According to A. Scott Berg's memoir "Kate Remembered", Katharine Hepburn was already chosen for Mary, but they had trouble casting Elizabeth. At one point Hepburn, who had by then been nicknamed "Katharine of Arrogance", suggested that she play both roles. Supporting player John Carradine asked, "But if you played both queens, how would you know which one to upstage?" She was not amused at the time, but roared with laughter when retelling the story years later.
Katharine Hepburn, who played Queen Mary, is actually a distant relative of the Earl of Bothwell, whose family name was, in fact, Hepburn.
Katharine Hepburn credited John Ford with saving her life one day on the set. They were shooting a scene of Hepburn on horseback when the horse she was riding kept going unexpectedly. Ford yelled at Hepburn to duck just before she was about to collide with a low branch.
John Ford lost interest in this film early on. He didn't think the story was very strong, and didn't like the blank verse dialog. The film did not do well at the box office and Ford seldom mentioned it in conversation. Later, during filming of Stagecoach (1939), Ford harassed several actors, notably John Wayne, about their performances. As he began with Thomas Mitchell, who played Doc Boone, Mitchell reportedly said, "Just remember, I saw 'Mary of Scotland'". Ford left him alone for the remainder of the shoot.
Ginger Rogers, posing as British actress "Lady Ainsley" in hopes of landing the role of Queen Elizabeth, tested with an unsuspecting 'Katherine Hepburn'. During the test, Hepburn who also wanted the role, became aware of the lavish subterfuge created by Mel Berns, RKO's head of makeup, who with Leland Hayward, plotted to dupe director John Ford into offering the coveted role to Rogers. Archived film of the silent test caught Hepburn kicking Rogers in the shins. Instead, the role went to Florence Eldridge. Hepburn got even with Rogers by pouring water on her new fur coat saying "If it is real mink, it won't shrink."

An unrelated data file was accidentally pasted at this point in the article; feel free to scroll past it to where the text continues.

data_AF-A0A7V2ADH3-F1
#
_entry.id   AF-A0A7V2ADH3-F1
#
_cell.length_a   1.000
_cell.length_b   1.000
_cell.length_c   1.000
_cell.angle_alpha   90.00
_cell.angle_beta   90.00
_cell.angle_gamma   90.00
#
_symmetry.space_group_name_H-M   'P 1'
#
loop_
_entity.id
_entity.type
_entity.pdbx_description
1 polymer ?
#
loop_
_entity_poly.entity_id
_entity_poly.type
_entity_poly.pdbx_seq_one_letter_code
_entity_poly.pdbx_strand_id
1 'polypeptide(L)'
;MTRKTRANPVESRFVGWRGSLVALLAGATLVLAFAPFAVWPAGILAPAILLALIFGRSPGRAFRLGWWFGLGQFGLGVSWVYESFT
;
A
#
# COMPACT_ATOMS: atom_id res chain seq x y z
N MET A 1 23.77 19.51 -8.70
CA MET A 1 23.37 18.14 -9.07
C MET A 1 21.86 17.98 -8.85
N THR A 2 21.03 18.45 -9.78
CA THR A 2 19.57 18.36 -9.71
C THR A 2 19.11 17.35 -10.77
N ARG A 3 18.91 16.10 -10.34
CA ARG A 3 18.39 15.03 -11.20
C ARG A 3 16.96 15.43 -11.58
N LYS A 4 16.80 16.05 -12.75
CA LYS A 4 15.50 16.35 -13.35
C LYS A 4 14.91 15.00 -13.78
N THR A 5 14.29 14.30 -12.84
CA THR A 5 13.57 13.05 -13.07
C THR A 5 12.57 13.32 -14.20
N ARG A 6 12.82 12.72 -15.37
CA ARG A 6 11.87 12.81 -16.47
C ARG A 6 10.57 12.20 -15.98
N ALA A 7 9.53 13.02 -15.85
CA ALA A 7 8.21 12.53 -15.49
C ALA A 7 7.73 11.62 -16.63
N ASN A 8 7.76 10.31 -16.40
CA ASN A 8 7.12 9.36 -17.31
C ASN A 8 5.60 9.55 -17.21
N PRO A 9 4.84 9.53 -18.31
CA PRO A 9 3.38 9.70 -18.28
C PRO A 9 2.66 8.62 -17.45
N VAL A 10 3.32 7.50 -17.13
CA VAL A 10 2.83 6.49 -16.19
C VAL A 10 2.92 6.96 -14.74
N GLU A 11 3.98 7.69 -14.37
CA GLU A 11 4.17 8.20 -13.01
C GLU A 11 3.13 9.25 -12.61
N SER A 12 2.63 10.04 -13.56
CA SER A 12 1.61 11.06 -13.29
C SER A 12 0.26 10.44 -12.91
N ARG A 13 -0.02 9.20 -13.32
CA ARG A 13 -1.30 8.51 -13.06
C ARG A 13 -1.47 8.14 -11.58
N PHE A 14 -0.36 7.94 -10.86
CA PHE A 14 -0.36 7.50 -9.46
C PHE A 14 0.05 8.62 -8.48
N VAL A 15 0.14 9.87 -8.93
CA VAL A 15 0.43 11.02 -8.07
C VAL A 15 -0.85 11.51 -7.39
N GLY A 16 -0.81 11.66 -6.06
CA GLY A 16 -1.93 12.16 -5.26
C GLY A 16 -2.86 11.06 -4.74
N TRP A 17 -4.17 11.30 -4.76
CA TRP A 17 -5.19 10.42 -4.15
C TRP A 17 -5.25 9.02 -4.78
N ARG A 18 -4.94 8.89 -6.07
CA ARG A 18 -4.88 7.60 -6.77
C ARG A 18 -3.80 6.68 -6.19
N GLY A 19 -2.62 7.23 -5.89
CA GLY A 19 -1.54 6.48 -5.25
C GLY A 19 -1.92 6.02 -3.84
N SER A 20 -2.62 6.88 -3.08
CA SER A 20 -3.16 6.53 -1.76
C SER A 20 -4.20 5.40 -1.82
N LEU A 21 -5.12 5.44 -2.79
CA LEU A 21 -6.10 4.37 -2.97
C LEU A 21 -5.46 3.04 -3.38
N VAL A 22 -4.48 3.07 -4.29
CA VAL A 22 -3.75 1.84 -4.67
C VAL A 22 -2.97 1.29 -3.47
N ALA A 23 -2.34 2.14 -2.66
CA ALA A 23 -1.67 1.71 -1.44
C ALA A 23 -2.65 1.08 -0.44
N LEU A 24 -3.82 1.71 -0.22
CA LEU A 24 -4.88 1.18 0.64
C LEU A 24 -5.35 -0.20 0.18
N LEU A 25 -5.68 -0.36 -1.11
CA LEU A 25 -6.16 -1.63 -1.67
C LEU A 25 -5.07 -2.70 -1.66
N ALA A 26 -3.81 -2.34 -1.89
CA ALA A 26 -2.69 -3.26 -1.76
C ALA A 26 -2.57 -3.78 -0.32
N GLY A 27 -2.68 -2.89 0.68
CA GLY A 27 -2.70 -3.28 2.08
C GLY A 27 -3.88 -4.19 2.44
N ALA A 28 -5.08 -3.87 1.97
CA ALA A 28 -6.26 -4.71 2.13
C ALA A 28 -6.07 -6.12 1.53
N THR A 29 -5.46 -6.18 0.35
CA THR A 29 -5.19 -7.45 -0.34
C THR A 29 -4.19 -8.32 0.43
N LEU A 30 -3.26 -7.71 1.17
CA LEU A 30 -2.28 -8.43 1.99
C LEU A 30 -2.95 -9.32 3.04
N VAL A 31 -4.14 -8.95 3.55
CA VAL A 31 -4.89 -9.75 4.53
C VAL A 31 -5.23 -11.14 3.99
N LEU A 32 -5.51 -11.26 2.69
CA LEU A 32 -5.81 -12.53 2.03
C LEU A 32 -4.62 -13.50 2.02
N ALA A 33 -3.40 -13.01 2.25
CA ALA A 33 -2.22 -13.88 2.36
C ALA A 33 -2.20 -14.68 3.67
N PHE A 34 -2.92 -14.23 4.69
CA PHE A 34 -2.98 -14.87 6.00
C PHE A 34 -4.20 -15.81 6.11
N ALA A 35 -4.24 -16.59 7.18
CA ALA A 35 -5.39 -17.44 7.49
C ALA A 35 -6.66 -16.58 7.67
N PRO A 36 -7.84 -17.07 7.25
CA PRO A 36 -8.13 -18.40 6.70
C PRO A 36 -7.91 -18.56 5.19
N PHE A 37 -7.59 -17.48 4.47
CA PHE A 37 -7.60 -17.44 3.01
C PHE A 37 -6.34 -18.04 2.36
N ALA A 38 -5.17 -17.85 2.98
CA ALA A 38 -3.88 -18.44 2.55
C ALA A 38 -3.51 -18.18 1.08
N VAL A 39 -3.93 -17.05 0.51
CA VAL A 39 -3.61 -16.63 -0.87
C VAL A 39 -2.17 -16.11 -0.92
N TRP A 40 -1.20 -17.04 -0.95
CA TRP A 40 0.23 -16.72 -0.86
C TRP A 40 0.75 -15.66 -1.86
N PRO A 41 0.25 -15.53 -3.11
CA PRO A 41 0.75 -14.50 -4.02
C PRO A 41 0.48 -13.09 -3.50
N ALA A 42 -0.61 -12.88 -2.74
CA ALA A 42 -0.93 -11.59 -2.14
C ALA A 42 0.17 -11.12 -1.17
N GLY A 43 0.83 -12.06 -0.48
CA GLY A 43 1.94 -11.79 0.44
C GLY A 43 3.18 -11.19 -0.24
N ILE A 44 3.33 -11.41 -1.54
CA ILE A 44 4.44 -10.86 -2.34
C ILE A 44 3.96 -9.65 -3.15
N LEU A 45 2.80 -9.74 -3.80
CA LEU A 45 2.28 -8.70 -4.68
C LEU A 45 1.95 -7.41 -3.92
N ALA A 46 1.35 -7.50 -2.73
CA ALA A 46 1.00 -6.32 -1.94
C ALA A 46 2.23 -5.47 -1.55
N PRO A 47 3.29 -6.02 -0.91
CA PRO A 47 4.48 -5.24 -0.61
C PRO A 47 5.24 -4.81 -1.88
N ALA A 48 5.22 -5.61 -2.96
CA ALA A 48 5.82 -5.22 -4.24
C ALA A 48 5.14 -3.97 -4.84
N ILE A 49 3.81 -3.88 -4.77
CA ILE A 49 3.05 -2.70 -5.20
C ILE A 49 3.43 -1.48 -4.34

According to Katharine Hepburn, during the filming of Mary and Bothwell's love scene, John Ford, rather fed up with the idea of directing a romantic costume drama written in blank verse, simply said to Hepburn, "Here; you direct this scene." And she did.
Both Ginger Rogers and Bette Davis were interested in playing Elizabeth. Director John Ford wanted Tallulah Bankhead for the part, but Florence Eldridge. Fredric March's real-life wife, won the part
Katharine Hepburn wanted George Cukor as director, but after the failure of Sylvia Scarlett (1935), producer Pandro S. Berman refused to let them work together again.
According to Katharine Hepburn's autobiography "Me", director John Ford lost interest in the film when he discovered that the plot was not particularly strong. She recalls one day, Ford announced that he was leaving early and would allow Hepburn to direct a scene with Fredric March. Hepburn feared that March would not listen to direction from her, but when he acquiesced, she directed her first and only scene.
The play opened in New York City, New York, USA on 27 November 1933 and had 248 performances. The title role was played by Helen Hayes and the cast also included Moroni Olsen, who repeated his role as John Knox in the 1936 film version, Edgar Barrier (Lord Douglas), Ernest Cossart (Lord Throckmorton) and George Coulouris (Lord Burghley). The play was written in blank verse.
David Rizzio was described by contemporaries as a dwarf. He is played by John Carradine who was six feet tall.
Leslie Goodwins filled in as director for a few scenes when John Ford wasn't available.
According to Hepburn biographer Alvin H. Marill, the actress turned down an offer from Max Reinhardt to play Viola in "Twelfth Night" at the Hollywood Bowl in order to meet her obligation for "Mary of Scotland".
Moroni Olsen was the only member of the original Broadway cast of the play to repeat his role in the film version.